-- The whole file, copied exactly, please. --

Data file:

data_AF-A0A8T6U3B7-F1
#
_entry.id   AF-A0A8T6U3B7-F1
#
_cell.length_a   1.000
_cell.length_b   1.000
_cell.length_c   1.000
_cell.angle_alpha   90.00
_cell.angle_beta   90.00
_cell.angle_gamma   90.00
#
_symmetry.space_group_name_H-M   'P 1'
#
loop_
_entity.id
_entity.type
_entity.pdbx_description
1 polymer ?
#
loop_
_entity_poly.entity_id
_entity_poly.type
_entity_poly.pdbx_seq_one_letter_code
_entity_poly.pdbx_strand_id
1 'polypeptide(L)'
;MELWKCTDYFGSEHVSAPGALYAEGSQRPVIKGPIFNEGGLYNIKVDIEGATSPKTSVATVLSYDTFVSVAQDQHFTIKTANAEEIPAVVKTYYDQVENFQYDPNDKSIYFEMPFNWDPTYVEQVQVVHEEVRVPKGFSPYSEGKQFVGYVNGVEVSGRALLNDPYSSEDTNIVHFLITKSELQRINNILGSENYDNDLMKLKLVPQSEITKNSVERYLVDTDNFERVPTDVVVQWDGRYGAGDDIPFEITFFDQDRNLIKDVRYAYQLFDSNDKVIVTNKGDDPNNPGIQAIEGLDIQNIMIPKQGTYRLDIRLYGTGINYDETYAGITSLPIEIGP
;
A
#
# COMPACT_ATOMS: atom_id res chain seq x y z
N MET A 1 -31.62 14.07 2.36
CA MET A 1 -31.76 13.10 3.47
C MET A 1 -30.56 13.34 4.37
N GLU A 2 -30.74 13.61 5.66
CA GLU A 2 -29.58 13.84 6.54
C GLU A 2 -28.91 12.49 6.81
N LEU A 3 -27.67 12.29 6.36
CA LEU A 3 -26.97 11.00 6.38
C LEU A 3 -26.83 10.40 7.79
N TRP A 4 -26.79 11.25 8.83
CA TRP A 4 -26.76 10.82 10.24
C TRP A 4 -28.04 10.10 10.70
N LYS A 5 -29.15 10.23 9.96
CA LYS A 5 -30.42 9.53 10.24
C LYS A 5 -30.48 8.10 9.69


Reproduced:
data_AF-A0A8T6U3B7-F1
#
_entry.id   AF-A0A8T6U3B7-F1
#
_cell.length_a   1.000
_cell.length_b   1.000
_cell.length_c   1.000
_cell.angle_alpha   90.00
_cell.angle_beta   90.00
_cell.angle_gamma   90.00
#
_symmetry.space_group_name_H-M   'P 1'
#
loop_
_entity.id
_entity.type
_entity.pdbx_description
1 polymer ?
#
loop_
_entity_poly.entity_id
_entity_poly.type
_entity_poly.pdbx_seq_one_letter_code
_entity_poly.pdbx_strand_id
1 'polypeptide(L)'
;MELWKCTDYFGSEHVSAPGALYAEGSQRPVIKGPIFNEGGLYNIKVDIEGATSPKTSVATVLSYDTFVSVAQDQHFTIKTANAEEIPAVVKTYYDQVENFQYDPNDKSIYFEMPFNWDPTYVEQVQVVHEEVRVPKGFSPYSEGKQFVGYVNGVEVSGRALLNDPYSSEDTNIVHFLITKSELQRINNILGSENYDNDLMKLKLVPQSEITKNSVERYLVDTDNFERVPTDVVVQWDGRYGAGDDIPFEITFFDQDRNLIKDVRYAYQLFDSNDKVIVTNKGDDPNNPGIQAIEGLDIQNIMIPKQGTYRLDIRLYGTGINYDETYAGITSLPIEIGP
;
A
#
# COMPACT_ATOMS: atom_id res chain seq x y z
N MET A 1 -31.62 14.07 2.36
CA MET A 1 -31.76 13.10 3.47
C MET A 1 -30.56 13.34 4.37
N GLU A 2 -30.74 13.61 5.66
CA GLU A 2 -29.58 13.84 6.54
C GLU A 2 -28.91 12.49 6.81
N LEU A 3 -27.67 12.29 6.36
CA LEU A 3 -26.97 11.00 6.38
C LEU A 3 -26.83 10.40 7.79
N TRP A 4 -26.79 11.25 8.83
CA TRP A 4 -26.76 10.82 10.24
C TRP A 4 -28.04 10.10 10.70
N LYS A 5 -29.15 10.23 9.96
CA LYS A 5 -30.42 9.53 10.24
C LYS A 5 -30.48 8.10 9.69